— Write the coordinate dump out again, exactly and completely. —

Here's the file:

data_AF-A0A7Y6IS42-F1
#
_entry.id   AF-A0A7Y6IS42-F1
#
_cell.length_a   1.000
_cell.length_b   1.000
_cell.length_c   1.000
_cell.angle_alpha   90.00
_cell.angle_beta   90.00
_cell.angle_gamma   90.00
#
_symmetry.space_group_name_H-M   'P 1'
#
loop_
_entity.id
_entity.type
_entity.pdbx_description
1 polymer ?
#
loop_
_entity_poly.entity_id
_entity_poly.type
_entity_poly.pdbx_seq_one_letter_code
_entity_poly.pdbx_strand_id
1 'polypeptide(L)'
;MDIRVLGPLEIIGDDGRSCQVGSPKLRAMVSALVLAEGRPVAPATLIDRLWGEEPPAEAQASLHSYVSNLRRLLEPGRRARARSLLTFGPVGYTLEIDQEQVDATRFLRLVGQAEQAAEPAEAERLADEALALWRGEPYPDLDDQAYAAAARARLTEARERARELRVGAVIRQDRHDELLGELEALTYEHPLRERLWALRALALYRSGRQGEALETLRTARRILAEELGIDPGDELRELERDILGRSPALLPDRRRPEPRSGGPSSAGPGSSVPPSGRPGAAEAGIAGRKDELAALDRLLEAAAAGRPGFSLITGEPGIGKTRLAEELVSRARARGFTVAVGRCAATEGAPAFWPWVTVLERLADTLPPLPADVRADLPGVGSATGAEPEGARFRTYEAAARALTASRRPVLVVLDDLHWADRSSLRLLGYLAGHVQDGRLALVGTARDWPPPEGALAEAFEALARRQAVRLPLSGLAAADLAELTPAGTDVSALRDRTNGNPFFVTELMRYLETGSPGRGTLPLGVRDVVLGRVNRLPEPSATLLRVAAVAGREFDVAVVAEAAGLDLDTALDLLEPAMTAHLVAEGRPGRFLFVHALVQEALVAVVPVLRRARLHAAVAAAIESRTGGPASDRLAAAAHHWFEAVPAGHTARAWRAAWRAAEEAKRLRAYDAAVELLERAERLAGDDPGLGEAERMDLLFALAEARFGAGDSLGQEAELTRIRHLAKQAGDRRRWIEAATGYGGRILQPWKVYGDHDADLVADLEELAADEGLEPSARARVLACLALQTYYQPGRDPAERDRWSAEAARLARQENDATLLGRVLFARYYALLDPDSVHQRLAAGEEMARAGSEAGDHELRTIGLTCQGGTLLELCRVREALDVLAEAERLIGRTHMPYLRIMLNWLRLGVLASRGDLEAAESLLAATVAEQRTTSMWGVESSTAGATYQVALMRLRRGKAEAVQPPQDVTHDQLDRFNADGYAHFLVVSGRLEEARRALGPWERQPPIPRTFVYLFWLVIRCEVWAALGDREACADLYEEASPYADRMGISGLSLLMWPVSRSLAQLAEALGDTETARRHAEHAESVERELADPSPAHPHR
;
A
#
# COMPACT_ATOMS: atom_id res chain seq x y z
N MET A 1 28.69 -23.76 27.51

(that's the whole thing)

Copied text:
data_AF-A0A7Y6IS42-F1
#
_entry.id   AF-A0A7Y6IS42-F1
#
_cell.length_a   1.000
_cell.length_b   1.000
_cell.length_c   1.000
_cell.angle_alpha   90.00
_cell.angle_beta   90.00
_cell.angle_gamma   90.00
#
_symmetry.space_group_name_H-M   'P 1'
#
loop_
_entity.id
_entity.type
_entity.pdbx_description
1 polymer ?
#
loop_
_entity_poly.entity_id
_entity_poly.type
_entity_poly.pdbx_seq_one_letter_code
_entity_poly.pdbx_strand_id
1 'polypeptide(L)'
;MDIRVLGPLEIIGDDGRSCQVGSPKLRAMVSALVLAEGRPVAPATLIDRLWGEEPPAEAQASLHSYVSNLRRLLEPGRRARARSLLTFGPVGYTLEIDQEQVDATRFLRLVGQAEQAAEPAEAERLADEALALWRGEPYPDLDDQAYAAAARARLTEARERARELRVGAVIRQDRHDELLGELEALTYEHPLRERLWALRALALYRSGRQGEALETLRTARRILAEELGIDPGDELRELERDILGRSPALLPDRRRPEPRSGGPSSAGPGSSVPPSGRPGAAEAGIAGRKDELAALDRLLEAAAAGRPGFSLITGEPGIGKTRLAEELVSRARARGFTVAVGRCAATEGAPAFWPWVTVLERLADTLPPLPADVRADLPGVGSATGAEPEGARFRTYEAAARALTASRRPVLVVLDDLHWADRSSLRLLGYLAGHVQDGRLALVGTARDWPPPEGALAEAFEALARRQAVRLPLSGLAAADLAELTPAGTDVSALRDRTNGNPFFVTELMRYLETGSPGRGTLPLGVRDVVLGRVNRLPEPSATLLRVAAVAGREFDVAVVAEAAGLDLDTALDLLEPAMTAHLVAEGRPGRFLFVHALVQEALVAVVPVLRRARLHAAVAAAIESRTGGPASDRLAAAAHHWFEAVPAGHTARAWRAAWRAAEEAKRLRAYDAAVELLERAERLAGDDPGLGEAERMDLLFALAEARFGAGDSLGQEAELTRIRHLAKQAGDRRRWIEAATGYGGRILQPWKVYGDHDADLVADLEELAADEGLEPSARARVLACLALQTYYQPGRDPAERDRWSAEAARLARQENDATLLGRVLFARYYALLDPDSVHQRLAAGEEMARAGSEAGDHELRTIGLTCQGGTLLELCRVREALDVLAEAERLIGRTHMPYLRIMLNWLRLGVLASRGDLEAAESLLAATVAEQRTTSMWGVESSTAGATYQVALMRLRRGKAEAVQPPQDVTHDQLDRFNADGYAHFLVVSGRLEEARRALGPWERQPPIPRTFVYLFWLVIRCEVWAALGDREACADLYEEASPYADRMGISGLSLLMWPVSRSLAQLAEALGDTETARRHAEHAESVERELADPSPAHPHR
;
A
#
# COMPACT_ATOMS: atom_id res chain seq x y z
N MET A 1 28.69 -23.76 27.51